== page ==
The sloka that moved Rayaru to complete it

Millions of people across the globe, irrespective of their caste, country, religion or sex, burst into a two-lined stanza almost everyday. The two lines are perhaps the most popular hymn and there is a crescendo of this every Thursday when people gather in large numbers in temples of Raghavendra Swamy.
The two line which encapsulate the place that Raghavendra Swamy holds in our life are so simple that even a child can utter it.
These lines are,
“Poojyaaya Raghavendraiah, Satyadharma Rathayacha
Bhajatam Kalpavrukshaiah Namatham Kamadhenuve.”
These are the lines from the famous Poornabodha Stotra that Appanchacrya composed in honor of Raghavendra Swamy.
The entire stotra came out extempore from Appanacharya as he frantically swam across the Tunghabhadra to Mantralaya from Bichele. That day was August 8, 1761 and it was well past noon. Thus this beautiful sloka can be dated to a particular day and even date. 
Raghavendra Swamy and Appancharya had spent 12 years in Bichele. When the tome for entering Brindavana, drew near, Raghavendra Swamy knew that he would not be able to so if Appanacharya was near him.
Appanacharya had become totally devoted to Raghavendra Swamy. Though he was elder to Raghavendra Swamy by two years, he was totally involved in looking after the needs of Rayaru.
He prepared food for Rayaru, spoke and discussed philosophy and religion, listened to the scholastic discourse of Rayaru and even pressed his feet when Rayaru slept.
Rayaru sent Appanacharya on sanchara. He then decided to enter Brindavana at Mantralaya, just 14 kms away and on the other banks of the Tungabhadra.  
When Appanacharya returned to Bichale, he was told about how Raghavendra Swamy had decided to enter Brindavana. A grief-struck Appanacharya plunged into the raging Tungabhadra which was in floods then.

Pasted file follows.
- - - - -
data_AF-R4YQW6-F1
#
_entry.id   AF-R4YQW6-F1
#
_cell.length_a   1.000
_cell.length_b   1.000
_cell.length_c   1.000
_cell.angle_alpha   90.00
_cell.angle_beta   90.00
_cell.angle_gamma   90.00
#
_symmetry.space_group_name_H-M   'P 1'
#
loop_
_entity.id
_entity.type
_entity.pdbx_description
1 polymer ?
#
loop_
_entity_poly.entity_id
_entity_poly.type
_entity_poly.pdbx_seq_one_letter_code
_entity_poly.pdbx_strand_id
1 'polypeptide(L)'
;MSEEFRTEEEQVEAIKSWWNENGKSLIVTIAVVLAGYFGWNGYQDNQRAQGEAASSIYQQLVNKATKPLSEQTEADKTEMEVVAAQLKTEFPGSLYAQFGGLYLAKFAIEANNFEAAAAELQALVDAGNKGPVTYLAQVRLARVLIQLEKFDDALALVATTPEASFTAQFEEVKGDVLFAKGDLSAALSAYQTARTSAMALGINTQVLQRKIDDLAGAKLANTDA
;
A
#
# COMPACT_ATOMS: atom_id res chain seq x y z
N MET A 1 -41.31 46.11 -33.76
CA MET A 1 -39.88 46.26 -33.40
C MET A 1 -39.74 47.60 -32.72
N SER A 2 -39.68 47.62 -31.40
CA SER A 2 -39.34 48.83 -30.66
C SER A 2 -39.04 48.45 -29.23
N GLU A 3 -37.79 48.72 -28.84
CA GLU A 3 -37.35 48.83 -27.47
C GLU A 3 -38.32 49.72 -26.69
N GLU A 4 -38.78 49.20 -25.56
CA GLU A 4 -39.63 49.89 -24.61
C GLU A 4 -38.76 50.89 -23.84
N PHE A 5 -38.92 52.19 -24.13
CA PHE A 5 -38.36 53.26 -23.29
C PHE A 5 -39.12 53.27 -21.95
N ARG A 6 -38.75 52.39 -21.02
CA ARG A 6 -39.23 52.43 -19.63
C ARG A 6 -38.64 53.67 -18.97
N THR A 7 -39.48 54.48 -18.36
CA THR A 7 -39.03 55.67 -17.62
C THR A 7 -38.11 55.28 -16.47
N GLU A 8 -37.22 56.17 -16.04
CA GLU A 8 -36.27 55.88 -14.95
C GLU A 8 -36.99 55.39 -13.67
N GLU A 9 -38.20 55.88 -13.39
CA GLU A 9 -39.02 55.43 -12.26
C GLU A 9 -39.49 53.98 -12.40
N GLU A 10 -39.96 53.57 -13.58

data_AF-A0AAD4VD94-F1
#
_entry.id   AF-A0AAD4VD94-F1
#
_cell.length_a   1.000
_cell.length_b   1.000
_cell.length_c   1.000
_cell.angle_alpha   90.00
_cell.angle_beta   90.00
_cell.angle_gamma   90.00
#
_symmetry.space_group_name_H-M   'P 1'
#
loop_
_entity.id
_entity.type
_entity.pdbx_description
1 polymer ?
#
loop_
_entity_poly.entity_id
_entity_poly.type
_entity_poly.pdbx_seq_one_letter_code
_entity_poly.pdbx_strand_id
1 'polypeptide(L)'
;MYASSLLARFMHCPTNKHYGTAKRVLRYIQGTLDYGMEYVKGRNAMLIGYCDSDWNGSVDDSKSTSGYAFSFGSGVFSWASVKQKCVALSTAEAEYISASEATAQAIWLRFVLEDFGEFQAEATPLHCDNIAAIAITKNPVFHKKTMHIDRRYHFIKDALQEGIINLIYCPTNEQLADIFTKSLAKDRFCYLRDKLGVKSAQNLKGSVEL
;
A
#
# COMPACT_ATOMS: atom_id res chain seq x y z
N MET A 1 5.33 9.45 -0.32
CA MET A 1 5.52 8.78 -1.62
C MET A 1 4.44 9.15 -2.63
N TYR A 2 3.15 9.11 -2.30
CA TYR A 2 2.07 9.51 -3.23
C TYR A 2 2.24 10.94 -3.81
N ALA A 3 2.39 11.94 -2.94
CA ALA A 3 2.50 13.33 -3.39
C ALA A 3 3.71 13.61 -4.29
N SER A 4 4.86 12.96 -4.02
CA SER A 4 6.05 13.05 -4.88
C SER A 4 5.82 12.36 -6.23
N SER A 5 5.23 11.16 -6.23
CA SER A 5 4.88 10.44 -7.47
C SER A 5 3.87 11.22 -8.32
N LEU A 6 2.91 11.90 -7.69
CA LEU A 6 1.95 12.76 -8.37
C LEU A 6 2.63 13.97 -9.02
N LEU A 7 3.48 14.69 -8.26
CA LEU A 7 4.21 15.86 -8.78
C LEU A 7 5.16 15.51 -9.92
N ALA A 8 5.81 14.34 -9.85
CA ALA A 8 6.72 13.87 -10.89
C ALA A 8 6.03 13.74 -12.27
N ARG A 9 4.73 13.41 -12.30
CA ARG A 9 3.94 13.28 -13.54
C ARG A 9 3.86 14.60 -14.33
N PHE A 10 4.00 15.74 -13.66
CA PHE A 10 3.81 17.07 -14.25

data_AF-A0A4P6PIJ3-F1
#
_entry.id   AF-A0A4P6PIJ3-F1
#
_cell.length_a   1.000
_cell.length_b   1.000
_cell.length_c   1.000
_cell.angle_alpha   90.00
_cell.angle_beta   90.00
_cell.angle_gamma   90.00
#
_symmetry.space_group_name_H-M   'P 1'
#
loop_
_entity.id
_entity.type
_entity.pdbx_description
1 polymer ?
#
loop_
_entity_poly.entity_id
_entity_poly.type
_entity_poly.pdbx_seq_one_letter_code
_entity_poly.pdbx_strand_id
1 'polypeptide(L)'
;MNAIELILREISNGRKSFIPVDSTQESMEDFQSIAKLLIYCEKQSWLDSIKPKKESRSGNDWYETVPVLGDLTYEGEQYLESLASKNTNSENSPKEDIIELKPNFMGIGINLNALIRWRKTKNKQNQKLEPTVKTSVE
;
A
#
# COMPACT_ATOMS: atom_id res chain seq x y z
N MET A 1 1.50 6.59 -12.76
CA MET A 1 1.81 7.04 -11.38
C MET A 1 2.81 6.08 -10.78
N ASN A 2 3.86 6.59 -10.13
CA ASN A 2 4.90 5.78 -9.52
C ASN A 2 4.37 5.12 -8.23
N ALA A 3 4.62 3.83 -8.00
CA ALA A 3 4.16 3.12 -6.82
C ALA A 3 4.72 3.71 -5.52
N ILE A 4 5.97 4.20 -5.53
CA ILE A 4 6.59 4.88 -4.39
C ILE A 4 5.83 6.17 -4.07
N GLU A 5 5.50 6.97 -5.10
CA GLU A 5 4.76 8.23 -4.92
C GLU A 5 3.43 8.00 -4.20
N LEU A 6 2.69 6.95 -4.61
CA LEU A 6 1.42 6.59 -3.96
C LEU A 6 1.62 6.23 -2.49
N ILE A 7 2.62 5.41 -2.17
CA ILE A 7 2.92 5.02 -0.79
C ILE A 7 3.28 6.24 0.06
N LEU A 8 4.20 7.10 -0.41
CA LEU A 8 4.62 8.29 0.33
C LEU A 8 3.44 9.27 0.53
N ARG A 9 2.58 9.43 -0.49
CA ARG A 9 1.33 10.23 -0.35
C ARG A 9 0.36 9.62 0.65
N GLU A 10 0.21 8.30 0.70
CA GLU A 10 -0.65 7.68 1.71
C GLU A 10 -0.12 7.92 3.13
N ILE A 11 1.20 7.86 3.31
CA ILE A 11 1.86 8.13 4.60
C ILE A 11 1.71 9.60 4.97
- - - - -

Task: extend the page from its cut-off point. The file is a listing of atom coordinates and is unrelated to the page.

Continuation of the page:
The Tungabhadra
Appanacharya had no concern about his safety. He had a prayer to Raghavendra on his lips and he decided to swim to the other bank of the Tungabhadra.
He then composed the 32-stanza Poornabodha Stotra of which these two lines are a part. The entire stotra was composed as Appanacharya battled the surge of water to be near his beloved Rayaru.
The commencement of the stotra is from the very Japada Katte which can still be seen in Bichele. The final wording of the stotra was in front of the Brindavana of Ragjhavendra in Mantralaya.
When Appanacharya completed the last but one line, the final slab was placed on the Brindavana of Raghavendra Swamy. A tearful Appanacharya was unable to complete the stotra and he fell onto the Brindavan, weeping inconsolably and calling out to his dear friend, philosopher and Guru.
The Poornabodha Sloka or Stotra had not been completed as Appanacharya had stopped singing after saying,
“Yobhaktya Gururaghavendra charanadwandam smaran
yaha pathaet
Stotram divyamidamsada nahi bhavaettasya asukham kinchan
kimtvishtartha samruddhireva kamalanatha prasadodayaat
kirti digvidita vibhutiratula”.
Raghavendra Swamy is believed to have shown himself to Appancharya and completed the stotra saying “Sakshee Hayastotra Hee”.
Raghavendra Swamy was so moved by the devotion of Appanacharya that he is believed to have helped Appanacharya navigate the Tungabhadra without drowning. This was his first miracle even as he was sitting in the Brindavana and his devotees were placing the stones to close the structure.    
Thus the sloka, also called the Raghavendra Sloka or Guru Sloka, which began at Bichele, ended at the Brindavana of Rayaru in Mantralaya. The commencement of the sloka was at the favourite Japada katte in Bichele and it ended with Rayaru himself signaling the comnpletion of the Sloka.  
The Japada Katte has suffered little damage during the October 2009 floods that ravaged Bichele, Mantralaya and several villages and towns of Kurnool.
If you happen to visit Bichele, you can meet one of the descendents of Appanacharya who will show you the place from where Appanacharya plunged into the raging Tungabhadra. This was the very place of the Skola.
The Sloka is so full of devotion and respect that it has become the most popular lines of all times. You can see it  everywhere-in almost all the Raghavendra Swamy temples, in books on Raghavendra Swamy and most of all on the lips of million and million of people.

The image of Rayaru

Thus this sloka is important for several things. First and foremost, it helped Appanacharya cross the river. Second, it showed that devotion could move even those who could not be seen. Thirdly, it was completed by Rayaru even when he was not physically not present. The voice from the Brindavana which completed the sloka shows us that devotion can move anybody.